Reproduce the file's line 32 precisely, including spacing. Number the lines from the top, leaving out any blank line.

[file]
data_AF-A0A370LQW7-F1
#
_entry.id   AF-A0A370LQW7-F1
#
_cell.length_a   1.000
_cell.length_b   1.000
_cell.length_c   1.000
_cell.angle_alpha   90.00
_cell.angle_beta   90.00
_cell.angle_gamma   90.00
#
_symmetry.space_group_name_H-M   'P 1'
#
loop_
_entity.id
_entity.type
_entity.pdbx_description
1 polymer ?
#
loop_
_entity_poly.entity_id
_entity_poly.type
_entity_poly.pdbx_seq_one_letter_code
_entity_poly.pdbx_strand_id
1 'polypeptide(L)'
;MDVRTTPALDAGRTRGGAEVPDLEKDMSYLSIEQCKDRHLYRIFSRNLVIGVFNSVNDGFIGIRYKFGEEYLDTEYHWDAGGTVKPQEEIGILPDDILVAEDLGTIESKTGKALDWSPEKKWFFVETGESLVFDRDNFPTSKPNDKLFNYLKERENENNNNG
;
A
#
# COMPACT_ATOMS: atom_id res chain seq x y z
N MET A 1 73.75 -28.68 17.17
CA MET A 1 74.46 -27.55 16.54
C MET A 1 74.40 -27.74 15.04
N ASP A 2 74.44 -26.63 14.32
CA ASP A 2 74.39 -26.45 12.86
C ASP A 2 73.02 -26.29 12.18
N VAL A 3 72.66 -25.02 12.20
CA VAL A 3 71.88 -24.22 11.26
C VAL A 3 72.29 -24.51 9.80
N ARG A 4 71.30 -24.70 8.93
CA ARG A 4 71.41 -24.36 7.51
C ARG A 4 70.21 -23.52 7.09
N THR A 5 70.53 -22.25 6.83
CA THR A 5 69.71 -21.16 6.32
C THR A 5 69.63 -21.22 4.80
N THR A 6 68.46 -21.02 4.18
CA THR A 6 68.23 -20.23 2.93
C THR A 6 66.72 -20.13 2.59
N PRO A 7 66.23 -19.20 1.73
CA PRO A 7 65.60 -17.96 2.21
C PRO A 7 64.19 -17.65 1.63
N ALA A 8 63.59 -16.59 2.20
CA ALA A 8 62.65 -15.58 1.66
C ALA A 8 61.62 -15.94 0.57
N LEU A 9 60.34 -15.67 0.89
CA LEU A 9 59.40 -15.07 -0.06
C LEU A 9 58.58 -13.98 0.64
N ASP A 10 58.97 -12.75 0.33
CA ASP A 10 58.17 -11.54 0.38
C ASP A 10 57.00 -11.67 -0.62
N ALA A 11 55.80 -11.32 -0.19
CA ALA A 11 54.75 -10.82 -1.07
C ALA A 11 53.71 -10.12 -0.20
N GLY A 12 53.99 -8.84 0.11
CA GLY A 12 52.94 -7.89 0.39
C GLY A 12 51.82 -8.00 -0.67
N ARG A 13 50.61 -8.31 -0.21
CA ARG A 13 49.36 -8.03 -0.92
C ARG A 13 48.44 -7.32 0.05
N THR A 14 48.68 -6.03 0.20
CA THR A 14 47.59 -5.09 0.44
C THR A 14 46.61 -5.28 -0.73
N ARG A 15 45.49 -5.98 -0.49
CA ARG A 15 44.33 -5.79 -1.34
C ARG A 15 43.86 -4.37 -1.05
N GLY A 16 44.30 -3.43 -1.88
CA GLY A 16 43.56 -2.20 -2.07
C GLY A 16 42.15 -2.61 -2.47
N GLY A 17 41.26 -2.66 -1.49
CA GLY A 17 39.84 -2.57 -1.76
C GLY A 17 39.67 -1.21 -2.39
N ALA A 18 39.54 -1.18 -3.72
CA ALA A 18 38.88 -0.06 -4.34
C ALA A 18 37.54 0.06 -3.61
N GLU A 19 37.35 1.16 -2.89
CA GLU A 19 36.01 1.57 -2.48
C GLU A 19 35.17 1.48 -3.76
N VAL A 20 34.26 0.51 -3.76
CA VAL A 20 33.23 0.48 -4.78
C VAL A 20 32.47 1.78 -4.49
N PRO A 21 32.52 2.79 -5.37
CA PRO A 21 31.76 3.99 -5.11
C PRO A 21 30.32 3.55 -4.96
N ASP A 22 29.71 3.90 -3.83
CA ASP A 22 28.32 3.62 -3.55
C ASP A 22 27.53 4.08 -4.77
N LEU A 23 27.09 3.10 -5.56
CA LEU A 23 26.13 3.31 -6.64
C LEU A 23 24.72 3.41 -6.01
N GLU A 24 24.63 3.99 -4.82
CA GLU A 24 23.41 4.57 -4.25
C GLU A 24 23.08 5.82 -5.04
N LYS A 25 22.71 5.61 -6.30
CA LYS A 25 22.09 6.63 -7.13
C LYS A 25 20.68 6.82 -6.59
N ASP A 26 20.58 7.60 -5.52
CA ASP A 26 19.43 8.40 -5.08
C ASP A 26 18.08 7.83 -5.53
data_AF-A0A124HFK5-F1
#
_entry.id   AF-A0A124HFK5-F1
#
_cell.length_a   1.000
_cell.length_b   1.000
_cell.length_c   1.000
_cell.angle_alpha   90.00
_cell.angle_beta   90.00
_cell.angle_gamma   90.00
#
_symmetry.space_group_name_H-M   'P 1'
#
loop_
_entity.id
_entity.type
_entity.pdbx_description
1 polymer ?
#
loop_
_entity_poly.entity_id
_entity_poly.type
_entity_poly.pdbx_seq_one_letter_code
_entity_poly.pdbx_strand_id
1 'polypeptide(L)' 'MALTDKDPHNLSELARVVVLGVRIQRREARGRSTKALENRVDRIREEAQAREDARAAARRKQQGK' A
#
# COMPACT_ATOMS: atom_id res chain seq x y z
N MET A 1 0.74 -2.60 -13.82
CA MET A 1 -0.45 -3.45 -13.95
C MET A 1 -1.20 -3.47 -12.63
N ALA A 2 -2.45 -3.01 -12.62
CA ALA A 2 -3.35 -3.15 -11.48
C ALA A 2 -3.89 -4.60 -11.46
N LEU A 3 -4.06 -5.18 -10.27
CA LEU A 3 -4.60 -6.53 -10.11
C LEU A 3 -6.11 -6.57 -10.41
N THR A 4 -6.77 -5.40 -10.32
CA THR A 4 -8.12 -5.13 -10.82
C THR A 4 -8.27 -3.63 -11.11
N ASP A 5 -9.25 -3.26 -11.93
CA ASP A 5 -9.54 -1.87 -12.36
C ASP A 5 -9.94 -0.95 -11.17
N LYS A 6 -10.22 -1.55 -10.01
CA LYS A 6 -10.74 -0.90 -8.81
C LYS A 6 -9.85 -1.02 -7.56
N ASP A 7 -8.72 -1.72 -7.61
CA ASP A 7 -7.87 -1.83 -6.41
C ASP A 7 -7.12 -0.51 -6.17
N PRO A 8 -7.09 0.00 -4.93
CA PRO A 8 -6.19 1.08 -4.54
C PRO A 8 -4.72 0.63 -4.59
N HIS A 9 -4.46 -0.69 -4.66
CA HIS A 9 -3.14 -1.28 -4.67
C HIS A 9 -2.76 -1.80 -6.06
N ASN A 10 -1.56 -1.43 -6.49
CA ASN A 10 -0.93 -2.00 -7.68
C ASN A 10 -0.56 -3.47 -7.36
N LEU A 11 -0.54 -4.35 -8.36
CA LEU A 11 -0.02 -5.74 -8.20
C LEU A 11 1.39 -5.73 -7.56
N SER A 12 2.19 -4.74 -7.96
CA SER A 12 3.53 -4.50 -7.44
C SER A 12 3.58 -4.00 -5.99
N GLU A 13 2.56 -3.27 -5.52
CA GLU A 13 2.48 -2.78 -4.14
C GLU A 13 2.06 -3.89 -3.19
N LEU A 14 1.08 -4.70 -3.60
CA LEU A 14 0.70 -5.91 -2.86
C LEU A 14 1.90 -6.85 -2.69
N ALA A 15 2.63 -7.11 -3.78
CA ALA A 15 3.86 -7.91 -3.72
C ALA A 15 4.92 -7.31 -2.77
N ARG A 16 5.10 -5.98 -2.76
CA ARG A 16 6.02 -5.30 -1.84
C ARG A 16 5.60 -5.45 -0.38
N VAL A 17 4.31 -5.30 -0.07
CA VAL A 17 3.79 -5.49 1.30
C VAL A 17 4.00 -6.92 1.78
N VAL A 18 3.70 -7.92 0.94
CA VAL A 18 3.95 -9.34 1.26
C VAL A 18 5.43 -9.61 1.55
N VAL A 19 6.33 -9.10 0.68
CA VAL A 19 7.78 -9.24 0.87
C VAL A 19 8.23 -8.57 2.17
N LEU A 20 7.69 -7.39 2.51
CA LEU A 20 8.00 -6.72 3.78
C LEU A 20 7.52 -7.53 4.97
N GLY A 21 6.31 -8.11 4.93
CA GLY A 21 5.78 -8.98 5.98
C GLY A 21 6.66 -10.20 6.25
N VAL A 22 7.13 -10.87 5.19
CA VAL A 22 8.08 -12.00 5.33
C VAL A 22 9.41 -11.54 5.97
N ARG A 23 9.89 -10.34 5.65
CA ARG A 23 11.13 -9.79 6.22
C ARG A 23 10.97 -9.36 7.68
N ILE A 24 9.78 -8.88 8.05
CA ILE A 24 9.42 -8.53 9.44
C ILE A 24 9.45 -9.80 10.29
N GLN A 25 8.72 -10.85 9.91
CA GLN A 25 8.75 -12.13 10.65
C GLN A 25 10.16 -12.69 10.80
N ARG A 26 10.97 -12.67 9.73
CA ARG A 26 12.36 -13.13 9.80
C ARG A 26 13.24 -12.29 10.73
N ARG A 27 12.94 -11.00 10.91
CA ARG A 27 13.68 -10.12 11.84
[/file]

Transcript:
CA MET A 1 74.46 -27.55 16.54